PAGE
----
News Agencies – June 10, 2012
Dozens of volunteers from Edmonton’s Muslim community spent their Sunday helping feed inner-city residents. They set up in the Hope Mission, preparing and handing out 800 roast beef dinners.
“It’s a human obligation,” said Ahmed Ali, one of the volunteers.”We all might succumb to this type of situation, so it’s good to give back.” When they were still finding their feet in their new home, Ali says his family often relied on charities and organizations for food.
The meal has been a tradition in Edmonton for a decade. Ali says it’s a chance to disprove some of the stereotypes that plague both the city’s immigrant and homeless populations – especially in the wake of media attention that Ali says often paints the communities in a bad light.
A court found three men guilty Monday of plotting to blow up at least seven transatlantic airliners using liquid explosives, in what would have been a “terrorist event of global proportions”. Ringleader Abdulla Ahmed Ali was found guilty of conspiring to murder thousands in the plot, whose discovery in 2006 triggered wide-ranging new rules on carrying liquids on commercial aircraft. Tanvir Hussain, 28, and Assad Sarwar, 29, were found guilty on the same charges of plotting to carry out bombings on aircraft flying from London’s Heathrow airport to the United States and Canada. “This was a calculated and sophisticated plot to create a terrorist event of global proportions,” the Crown Prosecution Service (CPS) said after the verdict. The trio were previously found guilty of conspiracy to murder, but the jury in their first trial could not decide on charges that they had plotted to kill people by bringing down airliners.
A man has denied leading a plot to cause mass murder by blowing planes out of the sky with the excuse that he had meant instead to explode small devices inside the Houses of Parliament as part of a publicity stunt. Abdulla Ahmed Ali, 27, said that suicide videos which the prosecution claims prove a plot to bomb seven planes flying to North America were in fact made as part of a “propaganda” documentary planned for release after the small explosions in Westminster. He told a jury at Woolwich crown court that the “documentary” would be released on YouTube and was intended to expose the effects of British foreign policy. Ali is one of eight men standing trial after their alleged plot was disrupted in August 2006. They all deny conspiracy to murder and to endanger aircraft. In April, while opening its case, the crown played videos of Ali found after he was arrested in which he warned of “body parts… decorating the streets” if Muslims were not left alone. He is seen speaking against the backdrop of a black flag with Arabic writing on it. Ali said the root cause of the suffering was British and American foreign policy prompting him and co-accused, Assad Sarwar, to come up with the idea of setting off explosions in Britain to change things.http://themuslimweekly.com/newsdetails/fullstoryview.aspx?NewsID=82FE24E162F2D1829152D362&MENUID=HOMENEWS&DESCRIPTION=UK%20News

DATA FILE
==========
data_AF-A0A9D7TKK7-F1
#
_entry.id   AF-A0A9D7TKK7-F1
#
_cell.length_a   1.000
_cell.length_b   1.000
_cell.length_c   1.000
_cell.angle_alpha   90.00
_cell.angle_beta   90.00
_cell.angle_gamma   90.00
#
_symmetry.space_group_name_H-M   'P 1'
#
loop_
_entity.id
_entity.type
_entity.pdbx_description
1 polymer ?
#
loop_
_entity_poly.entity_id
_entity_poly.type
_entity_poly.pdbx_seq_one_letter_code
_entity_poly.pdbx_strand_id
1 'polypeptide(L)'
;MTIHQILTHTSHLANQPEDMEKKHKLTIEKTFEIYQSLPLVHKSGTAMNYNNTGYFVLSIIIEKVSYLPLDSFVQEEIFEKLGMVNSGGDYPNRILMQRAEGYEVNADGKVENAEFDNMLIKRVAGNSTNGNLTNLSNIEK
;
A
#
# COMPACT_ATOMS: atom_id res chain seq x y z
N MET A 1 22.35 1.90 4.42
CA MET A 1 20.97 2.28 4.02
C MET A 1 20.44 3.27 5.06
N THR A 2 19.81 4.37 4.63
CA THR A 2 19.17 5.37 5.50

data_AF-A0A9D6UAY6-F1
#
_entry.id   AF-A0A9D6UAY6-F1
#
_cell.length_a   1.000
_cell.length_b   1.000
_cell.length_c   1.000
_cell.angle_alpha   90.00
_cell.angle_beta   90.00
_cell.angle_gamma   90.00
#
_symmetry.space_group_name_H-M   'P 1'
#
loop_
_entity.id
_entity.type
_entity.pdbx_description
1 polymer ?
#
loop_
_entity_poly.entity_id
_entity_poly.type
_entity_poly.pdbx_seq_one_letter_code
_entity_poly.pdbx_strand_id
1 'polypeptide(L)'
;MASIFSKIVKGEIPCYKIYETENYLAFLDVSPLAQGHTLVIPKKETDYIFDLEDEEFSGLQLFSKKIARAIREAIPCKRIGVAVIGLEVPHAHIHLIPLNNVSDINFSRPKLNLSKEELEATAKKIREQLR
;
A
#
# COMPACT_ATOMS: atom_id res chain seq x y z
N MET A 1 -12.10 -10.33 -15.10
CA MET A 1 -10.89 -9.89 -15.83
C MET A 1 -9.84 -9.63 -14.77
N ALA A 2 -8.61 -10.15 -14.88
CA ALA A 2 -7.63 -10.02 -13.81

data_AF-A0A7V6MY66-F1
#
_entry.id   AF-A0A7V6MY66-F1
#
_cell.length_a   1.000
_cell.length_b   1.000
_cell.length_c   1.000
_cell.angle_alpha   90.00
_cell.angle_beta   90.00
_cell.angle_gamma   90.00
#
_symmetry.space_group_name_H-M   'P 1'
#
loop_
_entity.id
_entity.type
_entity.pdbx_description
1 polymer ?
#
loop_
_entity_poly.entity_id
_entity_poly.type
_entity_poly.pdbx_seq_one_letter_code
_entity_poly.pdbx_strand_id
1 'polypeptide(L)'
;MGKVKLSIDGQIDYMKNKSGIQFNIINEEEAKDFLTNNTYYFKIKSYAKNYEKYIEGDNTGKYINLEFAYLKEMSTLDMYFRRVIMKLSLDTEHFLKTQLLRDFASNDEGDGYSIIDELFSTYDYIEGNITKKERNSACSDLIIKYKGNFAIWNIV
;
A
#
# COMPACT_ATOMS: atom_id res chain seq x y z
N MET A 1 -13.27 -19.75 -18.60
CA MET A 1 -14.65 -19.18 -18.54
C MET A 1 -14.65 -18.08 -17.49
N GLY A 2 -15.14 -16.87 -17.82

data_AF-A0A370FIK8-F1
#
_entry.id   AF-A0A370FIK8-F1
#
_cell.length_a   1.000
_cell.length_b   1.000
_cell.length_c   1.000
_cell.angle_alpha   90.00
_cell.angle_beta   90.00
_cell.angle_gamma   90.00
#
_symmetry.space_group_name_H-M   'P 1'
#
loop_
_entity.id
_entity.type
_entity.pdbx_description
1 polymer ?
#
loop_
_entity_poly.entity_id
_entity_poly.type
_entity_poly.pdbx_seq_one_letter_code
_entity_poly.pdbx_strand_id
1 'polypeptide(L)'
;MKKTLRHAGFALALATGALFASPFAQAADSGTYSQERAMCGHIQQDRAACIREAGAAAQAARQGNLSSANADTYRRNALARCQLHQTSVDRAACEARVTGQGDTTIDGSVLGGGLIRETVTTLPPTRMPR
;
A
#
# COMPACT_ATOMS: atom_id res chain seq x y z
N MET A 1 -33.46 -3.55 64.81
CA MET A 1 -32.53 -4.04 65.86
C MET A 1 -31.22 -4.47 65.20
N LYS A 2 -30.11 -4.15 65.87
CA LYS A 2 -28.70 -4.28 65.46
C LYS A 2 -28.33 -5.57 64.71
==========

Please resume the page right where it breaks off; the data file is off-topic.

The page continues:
The suspected leader of an alleged plot to blow up transatlantic planes mid-air promised to teach the West a “lesson they will never forget”, a court heard. Abdulla Ahmed Ali, 27, made the vow during the 16-minute “martyrdom” video played at Woolwich Crown Court. Prosecutors say eight men planned to kill thousands by detonating home-made bombs, disguised as soft drinks, aboard flights to North America. All deny conspiring to murder and endangering planes in 2006. ‘Time has come’ Jurors were shown footage of what prosecutors said was Mr Ali wearing a black and white headscarf, against a backdrop of a black flag covered with Arabic writing. In the video, he said: “This the opportunity to punish and humiliate the kuffar [unbelievers], to teach them a lesson they will never forget.
Six Islamic fanatics recorded violent martyrdom videos as they prepared a terrorist attack on transatlantic aircraft, a court heard today. The gang’s leader told Western leaders to “stop meddling in our affairs” or body parts will be left “decorating the streets”, a jury heard. Another alleged bomber’s video message appeared to address the British public, accusing them of being too busy watching EastEnders and Home And Away to “care about anything”. Prosecutors said defendant Abdulla Ahmed Ali was willing to carry a home-made liquid bomb aboard a flight to north America and detonate it himself. Ali is one of eight men on trial accused of conspiring to murder and to endanger aircraft at Woolwich Crown Court in south-east London. They deny the charges. Prosecutor Peter Wright QC said the gang considered other targets in addition to at least seven flights leaving from London Heathrow airport within hours of each other. He said there was evidence Canary Wharf, a gas pipeline between Belgium and the UK, chemical companies, oil refineries and other UK airports were possible targets. The jury also heard how the gang stockpiled materials for their home-made liquid devices which were to be smuggled on to aircraft disguised as 500ml soft drinks.